Coach's Corner

The baseball season is underway, sort of, and I'm riddled with guilt. I feel guilty there was no pre-season preview. I'm expected to know where Oral Hershiser's playing, what's wrong with Johnny Oates' wife, and can the Rangers possibly be as bad as they were last year? But the truth is, I don't care. My problems with baseball are not primarily political: Interest has been waning slowly over the last decade. Baseball is fighting the battle for the attention of a finite number of fans - in particular, young fans. It doesn't have to lose this fight. The game itself is solid. This is what baseball needs to do to regain its edge and maybe get me back in its corner.

The game's too long... Pretty insightful, huh? Two to two-and-a-half hours are tolerable, even for Type As like me. Criticism of the length of a game today always begins, "Kids today won't sit still..." It's got nothing to do with "kids today." You think my grandpa wanted to spend the whole day sweltering in Sportsman's Park? He had a life, too! Today, a baseball game is likely to take a stuporous four hours to complete. Why? Nothing's changed in 100 years - still three outs and nine innings - to explain any lengthening, let alone doubling the time of the game. Umpires refuse to call the strike zone as it's clearly defined. Batters are passive, going deep into a count looking for a crowd-tingling walk. The game drags. Batters adjust their gonads after each pitch. Pitchers fiddle about on the mound like fussy old ladies meeting in the park to do some knitting. The umpires, for some reason, allow it to happen. Rules to keep the game moving are there: they're simply not enforced....

Managers want Tony Kubek and Al Michaels to comment to the nation about their "field generalship." To prove they understand a boy's game, managers stop the game for 10 minutes to change pitchers, so a lefty can face a lefty. Then, they do it again, usually after the brilliant strategy blows up when a kid doubles, for his first big league hit. They hold up the game, again, to bring in a righty "playing the percentages," says Al, up in the booth. The pitcher walks the guy, hitting .172, on four pitches. Forty-five minutes have elapsed and there are still only two outs. This is not an exaggeration. Make a rule to say a pitcher must face three batters....

Infielders, sub-groups of infielders, a sub-sub-group, consisting of an elderly, portly third base coach, a catcher, and a uni-lingual second baseman from Santo Domingo meet often out on the pitcher's mound to discuss events of the day. They meet more frequently than the United Nations. Where's the coffee and doughnuts? Eliminate these chit-chats....

Each time a pitcher throws a ball in the general direction of a batter's body, what's always referred to in baseball as a "melee" breaks out. Fat guys, skinny guys, muscle-bound guys, real old guys, all mucking about. It's undignified and adds 25 minutes to the game. In hockey, they heavily fine everyone off the bench. Go one step further: Shoot the first player who charges the mound. I believe "melees" will wane....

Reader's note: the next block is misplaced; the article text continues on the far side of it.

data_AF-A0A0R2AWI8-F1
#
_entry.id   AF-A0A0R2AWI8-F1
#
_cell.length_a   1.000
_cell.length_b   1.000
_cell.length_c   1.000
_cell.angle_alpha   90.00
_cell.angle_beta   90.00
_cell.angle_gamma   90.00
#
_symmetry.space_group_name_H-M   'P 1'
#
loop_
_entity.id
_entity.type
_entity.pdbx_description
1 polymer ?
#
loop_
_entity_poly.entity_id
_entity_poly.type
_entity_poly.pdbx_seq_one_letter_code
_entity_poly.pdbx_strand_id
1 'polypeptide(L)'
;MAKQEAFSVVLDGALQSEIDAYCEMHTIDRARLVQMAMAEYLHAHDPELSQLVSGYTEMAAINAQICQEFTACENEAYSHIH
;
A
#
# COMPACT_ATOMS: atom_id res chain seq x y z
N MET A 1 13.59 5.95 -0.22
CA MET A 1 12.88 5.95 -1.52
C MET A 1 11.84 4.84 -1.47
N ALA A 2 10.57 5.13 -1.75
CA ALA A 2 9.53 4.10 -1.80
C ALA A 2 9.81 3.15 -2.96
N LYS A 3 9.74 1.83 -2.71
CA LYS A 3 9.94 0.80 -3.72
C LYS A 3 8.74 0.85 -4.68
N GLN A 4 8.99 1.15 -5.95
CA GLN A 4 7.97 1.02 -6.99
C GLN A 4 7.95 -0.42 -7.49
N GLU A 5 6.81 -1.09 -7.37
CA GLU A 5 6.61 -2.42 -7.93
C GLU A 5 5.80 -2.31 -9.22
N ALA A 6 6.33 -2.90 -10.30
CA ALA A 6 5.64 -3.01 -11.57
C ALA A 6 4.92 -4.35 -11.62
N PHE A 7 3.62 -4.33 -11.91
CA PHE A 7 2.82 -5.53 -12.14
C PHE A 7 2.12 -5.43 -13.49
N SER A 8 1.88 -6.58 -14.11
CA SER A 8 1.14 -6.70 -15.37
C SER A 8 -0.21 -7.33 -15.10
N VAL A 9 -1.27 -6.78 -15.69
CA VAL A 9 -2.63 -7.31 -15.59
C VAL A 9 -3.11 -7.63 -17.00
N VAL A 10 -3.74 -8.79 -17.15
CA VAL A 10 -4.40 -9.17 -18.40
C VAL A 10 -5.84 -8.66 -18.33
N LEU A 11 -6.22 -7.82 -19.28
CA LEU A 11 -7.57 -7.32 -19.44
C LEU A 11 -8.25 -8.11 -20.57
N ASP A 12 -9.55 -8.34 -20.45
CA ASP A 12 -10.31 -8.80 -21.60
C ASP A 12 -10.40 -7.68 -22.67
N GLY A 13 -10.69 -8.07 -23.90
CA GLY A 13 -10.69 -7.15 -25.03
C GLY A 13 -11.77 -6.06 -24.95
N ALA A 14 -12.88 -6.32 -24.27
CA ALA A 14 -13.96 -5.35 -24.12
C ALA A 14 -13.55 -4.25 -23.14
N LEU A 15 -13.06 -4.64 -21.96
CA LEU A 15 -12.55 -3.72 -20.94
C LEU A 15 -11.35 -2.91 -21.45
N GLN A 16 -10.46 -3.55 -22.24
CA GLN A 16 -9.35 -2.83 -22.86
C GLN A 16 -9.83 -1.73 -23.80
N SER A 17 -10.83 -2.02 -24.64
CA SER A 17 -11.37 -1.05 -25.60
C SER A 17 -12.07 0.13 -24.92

A wee fellow, who's stolen ten bases in his career, gets on first and the pitcher acts like Ty Cobb himself is 30 feet away. The frightened pitcher throws over to first 10 times. "Keeping the runner close," says Tony and then, inevitably, walks the hitter. Or, on the 14th toss the base-runner easily steals second. You get five tosses over to first. If you make one more you get shot, too!....

Stop expansion!! There are not enough good athletes to stock 24 teams, let alone 28. The point isn't that Memphis or some other godforsaken place has a lot of bored people who'll come watch. The point is, as the talent level becomes further depleted, no one outside of Memphis will turn the game on....

Free agency: In basketball and, to a lesser extent football, team's cores are kept intact. NBA teams don't change much from year to year, despite free agency. In Dallas, you can bet Kidd, Jackson, and Mashburn will be together for a long time. Football, with its huge rosters, sees more confusing movement, perhaps due to the anonymous nature of the equipment-laden players. Fans don't care that much. Cowscum is Cowscum. Still, the basic cores of teams stay intact. This is not because of owners being nice folks. It's because of the salary cap. Very few teams, good ones anyway, could sign a Young or a Smith and stay under the cap. An unexpected bonus: Fans can count on watching the same players each year. I, for one, don't root for a uniform. I get emotionally involved in the personalities. As in real life, I'm slow to attach and slower to detach. I'm a Taurus. I don't like change!

Of all sports, baseball seems the most injured by the wild - the strike was supposed to settle these issues - and capricious movement of players. It's hard work keeping track of who's playing for whom. I hate this. I work hard enough in real life. Reading Sports Illustrated is supposed to be fun. Players and owners must realize, what's good for them today is not necessarily good, in the long run, for the game.

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